With demand for luxury cars soaring in the country, automakers such as Mercedes, BMW, and Audi have chosen the costlier route of manufacturing domestically in order to avoid high import duties on finished vehicles. Lenovo, the PC manufacturer, has taken the same strategy. Brazil's economy has always relied on raw resource exports. As a result, traditionally, road construction has tended to focus on transporting resources from their source to the nearest port rather than between settlements. Infrastructure remains poor and has a long way to go. Expect travel delays, such as traffic congestion, to impede corporate operations.

While infrastructure projects are difficult to launch in any country, Brazil's bureaucracy makes things even more difficult. Construction permits require approximately 17 legal procedures to be completed before they can be allowed, which typically takes about a year and a half.


Portuguese is spoken by almost 99% of the Brazilian population, making it easier to conduct business than dealing with a multilingual market like India. However, unlike in an economy like India, English is not widely spoken. Brazilian pundits have noted this as a barrier to domestic business expansion across borders. Brazilians rarely speak a second language; if they do, it is usually German or Spanish. English and Spanish are taught in school.

Brazil is known for its positive culture and openness to conducting business with foreigners. There are some cultural contrasts between Brazil and the United States, such as Brazil's more flexible attitude toward timekeeping.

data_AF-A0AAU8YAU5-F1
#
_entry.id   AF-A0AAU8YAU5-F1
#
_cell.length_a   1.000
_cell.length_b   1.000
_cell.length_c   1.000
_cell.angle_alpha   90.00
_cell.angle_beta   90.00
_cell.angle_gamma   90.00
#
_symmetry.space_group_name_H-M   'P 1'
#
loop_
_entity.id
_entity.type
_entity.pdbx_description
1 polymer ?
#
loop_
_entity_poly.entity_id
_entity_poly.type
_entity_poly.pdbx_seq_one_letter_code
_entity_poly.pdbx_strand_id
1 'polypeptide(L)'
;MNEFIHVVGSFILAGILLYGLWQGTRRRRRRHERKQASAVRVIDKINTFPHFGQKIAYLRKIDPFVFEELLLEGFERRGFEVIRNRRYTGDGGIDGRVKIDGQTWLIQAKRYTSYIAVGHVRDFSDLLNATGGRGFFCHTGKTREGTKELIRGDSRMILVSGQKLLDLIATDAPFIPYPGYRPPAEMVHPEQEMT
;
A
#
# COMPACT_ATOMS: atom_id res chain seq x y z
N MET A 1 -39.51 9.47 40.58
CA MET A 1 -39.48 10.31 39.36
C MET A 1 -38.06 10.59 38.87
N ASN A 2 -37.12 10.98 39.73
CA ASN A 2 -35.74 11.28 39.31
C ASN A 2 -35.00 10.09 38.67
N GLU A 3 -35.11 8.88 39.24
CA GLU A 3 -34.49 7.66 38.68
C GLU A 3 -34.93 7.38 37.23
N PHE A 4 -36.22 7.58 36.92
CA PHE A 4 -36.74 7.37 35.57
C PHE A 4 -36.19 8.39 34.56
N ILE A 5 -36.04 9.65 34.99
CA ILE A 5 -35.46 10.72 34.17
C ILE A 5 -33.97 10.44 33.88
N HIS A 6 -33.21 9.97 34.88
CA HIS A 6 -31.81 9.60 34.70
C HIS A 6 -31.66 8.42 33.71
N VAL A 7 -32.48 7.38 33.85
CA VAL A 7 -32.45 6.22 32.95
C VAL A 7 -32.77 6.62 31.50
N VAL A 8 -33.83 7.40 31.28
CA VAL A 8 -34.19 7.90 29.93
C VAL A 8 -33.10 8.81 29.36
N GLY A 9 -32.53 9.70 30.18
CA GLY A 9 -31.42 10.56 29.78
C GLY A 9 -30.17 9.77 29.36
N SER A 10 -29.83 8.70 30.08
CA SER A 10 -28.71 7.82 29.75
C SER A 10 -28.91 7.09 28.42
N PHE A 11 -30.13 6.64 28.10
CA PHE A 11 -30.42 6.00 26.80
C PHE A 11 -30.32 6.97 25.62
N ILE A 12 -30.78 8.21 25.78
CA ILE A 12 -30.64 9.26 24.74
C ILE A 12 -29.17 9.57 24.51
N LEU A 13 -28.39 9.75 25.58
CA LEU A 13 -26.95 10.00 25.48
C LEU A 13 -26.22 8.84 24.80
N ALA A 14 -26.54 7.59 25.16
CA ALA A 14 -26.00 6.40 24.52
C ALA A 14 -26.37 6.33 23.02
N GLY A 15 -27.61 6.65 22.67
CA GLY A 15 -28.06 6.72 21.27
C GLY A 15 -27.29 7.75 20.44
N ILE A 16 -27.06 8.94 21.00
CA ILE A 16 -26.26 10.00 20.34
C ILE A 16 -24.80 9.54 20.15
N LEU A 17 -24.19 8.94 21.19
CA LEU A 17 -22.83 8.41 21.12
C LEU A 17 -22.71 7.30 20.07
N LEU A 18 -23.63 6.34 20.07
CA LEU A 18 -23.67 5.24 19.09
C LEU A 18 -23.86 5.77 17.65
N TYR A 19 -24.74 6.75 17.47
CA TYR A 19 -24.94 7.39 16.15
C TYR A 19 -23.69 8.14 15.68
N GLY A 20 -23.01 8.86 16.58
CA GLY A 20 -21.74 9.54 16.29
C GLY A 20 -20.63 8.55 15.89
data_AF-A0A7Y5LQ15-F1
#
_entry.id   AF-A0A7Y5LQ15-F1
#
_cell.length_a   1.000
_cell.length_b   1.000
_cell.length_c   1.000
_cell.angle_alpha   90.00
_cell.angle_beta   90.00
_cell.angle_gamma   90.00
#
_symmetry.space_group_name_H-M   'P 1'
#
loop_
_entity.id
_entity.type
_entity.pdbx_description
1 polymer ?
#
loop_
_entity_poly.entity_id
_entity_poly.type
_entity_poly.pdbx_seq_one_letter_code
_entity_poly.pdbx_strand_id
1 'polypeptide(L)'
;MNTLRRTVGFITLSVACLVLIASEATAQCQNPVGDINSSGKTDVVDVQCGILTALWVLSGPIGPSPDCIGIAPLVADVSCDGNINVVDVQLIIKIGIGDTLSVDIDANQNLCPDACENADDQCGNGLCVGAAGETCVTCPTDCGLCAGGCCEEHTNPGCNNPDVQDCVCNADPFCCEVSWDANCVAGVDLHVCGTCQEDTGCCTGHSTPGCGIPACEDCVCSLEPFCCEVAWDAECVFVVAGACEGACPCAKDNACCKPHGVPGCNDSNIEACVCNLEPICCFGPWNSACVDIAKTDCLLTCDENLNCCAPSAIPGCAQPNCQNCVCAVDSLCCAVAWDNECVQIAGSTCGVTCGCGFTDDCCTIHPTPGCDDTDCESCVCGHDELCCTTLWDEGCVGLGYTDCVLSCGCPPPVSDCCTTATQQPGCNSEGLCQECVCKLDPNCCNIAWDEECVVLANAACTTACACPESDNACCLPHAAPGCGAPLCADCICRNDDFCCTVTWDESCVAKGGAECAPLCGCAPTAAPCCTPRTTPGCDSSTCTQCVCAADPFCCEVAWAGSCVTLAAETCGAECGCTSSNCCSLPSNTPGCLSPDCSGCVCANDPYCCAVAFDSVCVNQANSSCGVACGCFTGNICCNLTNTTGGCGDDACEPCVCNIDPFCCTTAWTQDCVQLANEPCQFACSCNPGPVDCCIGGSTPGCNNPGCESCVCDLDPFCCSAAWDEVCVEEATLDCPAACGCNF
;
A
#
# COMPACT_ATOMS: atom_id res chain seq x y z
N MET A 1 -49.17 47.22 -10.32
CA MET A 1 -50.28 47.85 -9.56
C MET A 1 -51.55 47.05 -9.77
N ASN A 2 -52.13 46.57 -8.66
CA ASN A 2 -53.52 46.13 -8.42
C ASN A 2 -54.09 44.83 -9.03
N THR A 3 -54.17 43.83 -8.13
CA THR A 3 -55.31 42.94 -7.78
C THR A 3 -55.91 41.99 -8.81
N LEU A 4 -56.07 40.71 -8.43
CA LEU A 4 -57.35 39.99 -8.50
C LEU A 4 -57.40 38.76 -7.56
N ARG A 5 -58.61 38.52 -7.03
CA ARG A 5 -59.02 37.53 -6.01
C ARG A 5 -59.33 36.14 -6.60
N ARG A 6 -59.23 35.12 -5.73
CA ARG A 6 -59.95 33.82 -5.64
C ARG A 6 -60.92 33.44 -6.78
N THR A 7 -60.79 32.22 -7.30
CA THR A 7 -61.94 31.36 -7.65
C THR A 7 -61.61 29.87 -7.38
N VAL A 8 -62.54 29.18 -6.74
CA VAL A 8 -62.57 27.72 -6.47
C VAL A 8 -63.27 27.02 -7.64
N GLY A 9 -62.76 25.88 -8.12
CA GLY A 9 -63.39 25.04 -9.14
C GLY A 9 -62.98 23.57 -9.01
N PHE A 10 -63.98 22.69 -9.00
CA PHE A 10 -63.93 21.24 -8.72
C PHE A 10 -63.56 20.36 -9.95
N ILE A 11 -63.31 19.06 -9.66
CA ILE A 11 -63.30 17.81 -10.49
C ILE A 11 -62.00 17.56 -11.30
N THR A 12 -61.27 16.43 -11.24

When it comes to appointment keeping, being 30 minutes to an hour late is often regarded acceptable. There is a casual culture of "jogo de cintura," which basically implies that "everything will be fine in the end," therefore projects are frequently left until the last minute: Brazilians are less willing to plan than British or Americans. There is also a cultural unwillingness to face confrontations and say 'no'.

Politically, the country provides stability and growth ambition, and there is genuine complementarity between Brazilian business culture and that of European economies.

Brazil, which has Latin America's largest port, serves as a great entryway to the continent as a whole. Brazil also has a talented and resilient labor force that is often friendly, enthusiastic, and adaptable. With multiple trade agreements being discussed with the EU, the country's overall stance is positive toward doing business with outsiders. When compared to the risks of conducting business in a country like China, where native businesses are prioritized over foreign ones at any costs, Brazil appears to be more open to international investment.

The key to effective adaption to doing business in Brazil is to be adaptable, patient, and determined. It is also vital to build in personal relationships and commit to the long term in Brazil, as bureaucratic delays will ensure that nothing gets done quickly in this market. Whatever your organization's goals are for this potentially lucrative market, finding the right agency or local partner is key to success.